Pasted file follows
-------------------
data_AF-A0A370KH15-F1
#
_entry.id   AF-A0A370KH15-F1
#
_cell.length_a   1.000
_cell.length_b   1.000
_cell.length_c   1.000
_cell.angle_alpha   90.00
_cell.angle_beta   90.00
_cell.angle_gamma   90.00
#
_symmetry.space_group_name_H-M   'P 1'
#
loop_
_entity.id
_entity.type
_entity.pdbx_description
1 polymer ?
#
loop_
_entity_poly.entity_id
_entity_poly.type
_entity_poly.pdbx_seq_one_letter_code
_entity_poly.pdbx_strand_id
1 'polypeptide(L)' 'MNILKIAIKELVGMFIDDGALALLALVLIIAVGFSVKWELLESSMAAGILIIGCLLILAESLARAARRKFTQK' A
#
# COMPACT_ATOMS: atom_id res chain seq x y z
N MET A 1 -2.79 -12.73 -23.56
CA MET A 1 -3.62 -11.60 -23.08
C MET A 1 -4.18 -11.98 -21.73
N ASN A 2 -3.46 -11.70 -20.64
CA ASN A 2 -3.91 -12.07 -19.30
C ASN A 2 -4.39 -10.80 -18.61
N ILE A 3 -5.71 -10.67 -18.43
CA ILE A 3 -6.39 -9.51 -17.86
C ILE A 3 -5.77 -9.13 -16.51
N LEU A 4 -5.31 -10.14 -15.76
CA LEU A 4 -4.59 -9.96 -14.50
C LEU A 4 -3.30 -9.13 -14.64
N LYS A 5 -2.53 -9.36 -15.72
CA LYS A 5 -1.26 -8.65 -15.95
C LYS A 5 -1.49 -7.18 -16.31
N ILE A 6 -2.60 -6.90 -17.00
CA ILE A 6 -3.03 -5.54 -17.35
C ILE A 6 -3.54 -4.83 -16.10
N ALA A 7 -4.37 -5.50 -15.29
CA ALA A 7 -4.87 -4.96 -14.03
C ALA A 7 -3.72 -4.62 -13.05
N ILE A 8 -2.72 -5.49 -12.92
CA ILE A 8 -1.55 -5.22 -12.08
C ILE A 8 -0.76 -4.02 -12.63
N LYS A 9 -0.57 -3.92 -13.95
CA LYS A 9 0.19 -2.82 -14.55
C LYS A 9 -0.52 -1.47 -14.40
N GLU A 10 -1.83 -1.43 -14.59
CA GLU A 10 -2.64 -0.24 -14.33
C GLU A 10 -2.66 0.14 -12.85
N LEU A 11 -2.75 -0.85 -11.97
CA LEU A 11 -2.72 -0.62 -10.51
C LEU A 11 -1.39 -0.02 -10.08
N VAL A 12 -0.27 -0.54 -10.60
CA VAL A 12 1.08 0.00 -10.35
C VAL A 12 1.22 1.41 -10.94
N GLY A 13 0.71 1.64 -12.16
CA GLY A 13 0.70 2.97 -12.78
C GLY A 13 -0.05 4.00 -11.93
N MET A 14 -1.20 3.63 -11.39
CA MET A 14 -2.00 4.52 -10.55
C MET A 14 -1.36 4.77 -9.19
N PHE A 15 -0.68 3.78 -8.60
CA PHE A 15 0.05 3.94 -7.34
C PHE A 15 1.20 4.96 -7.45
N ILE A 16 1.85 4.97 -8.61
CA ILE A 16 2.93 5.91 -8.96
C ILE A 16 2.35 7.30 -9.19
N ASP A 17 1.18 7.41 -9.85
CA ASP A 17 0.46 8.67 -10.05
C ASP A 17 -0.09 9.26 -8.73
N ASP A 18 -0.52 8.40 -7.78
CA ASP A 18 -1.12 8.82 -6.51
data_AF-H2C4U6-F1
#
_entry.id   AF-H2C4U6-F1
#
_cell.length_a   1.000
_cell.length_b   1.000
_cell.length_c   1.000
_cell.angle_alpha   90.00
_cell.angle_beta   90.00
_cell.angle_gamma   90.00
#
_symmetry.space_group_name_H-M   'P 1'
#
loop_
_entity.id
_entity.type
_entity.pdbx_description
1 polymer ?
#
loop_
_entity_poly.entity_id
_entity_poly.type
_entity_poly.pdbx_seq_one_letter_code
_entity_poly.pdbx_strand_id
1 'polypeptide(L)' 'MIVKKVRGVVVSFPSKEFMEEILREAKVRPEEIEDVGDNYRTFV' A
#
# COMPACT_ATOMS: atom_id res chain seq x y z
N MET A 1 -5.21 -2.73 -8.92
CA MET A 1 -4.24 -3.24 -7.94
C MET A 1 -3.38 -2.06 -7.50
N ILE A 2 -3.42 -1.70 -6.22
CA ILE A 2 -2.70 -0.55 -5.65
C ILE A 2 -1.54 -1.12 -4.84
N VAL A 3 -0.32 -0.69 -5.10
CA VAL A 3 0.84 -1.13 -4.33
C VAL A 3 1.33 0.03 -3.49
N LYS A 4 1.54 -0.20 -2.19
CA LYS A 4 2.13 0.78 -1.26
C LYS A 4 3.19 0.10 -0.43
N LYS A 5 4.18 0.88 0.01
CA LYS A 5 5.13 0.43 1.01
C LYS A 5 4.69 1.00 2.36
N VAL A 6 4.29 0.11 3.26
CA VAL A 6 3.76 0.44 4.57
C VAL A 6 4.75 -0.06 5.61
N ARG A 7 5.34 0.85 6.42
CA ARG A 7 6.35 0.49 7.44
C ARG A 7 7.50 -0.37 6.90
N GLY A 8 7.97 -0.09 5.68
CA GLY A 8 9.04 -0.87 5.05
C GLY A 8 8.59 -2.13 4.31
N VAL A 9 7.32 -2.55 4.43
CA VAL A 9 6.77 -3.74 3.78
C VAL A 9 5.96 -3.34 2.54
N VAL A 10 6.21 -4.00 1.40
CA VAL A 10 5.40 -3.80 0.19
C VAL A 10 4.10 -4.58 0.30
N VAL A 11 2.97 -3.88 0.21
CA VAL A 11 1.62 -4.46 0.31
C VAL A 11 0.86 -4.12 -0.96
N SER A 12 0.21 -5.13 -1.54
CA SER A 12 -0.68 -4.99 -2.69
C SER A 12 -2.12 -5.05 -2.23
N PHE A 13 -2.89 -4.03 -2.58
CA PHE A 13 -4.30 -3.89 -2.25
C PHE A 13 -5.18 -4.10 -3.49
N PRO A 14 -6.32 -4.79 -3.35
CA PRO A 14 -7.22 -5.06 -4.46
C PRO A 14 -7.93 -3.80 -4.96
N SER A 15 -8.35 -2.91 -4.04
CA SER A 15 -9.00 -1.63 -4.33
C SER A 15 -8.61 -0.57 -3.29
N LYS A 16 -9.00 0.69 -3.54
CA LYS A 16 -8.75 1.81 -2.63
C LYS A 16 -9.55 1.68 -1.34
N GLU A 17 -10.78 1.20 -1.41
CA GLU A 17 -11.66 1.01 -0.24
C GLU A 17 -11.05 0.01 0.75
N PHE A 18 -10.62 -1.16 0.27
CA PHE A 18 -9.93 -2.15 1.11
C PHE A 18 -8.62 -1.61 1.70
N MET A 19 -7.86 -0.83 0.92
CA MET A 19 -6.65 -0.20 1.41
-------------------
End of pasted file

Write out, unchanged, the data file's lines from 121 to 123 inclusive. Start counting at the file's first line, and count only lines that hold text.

CA LYS A 5 5.13 0.43 1.01
C LYS A 5 4.69 1.00 2.36
N VAL A 6 4.29 0.11 3.26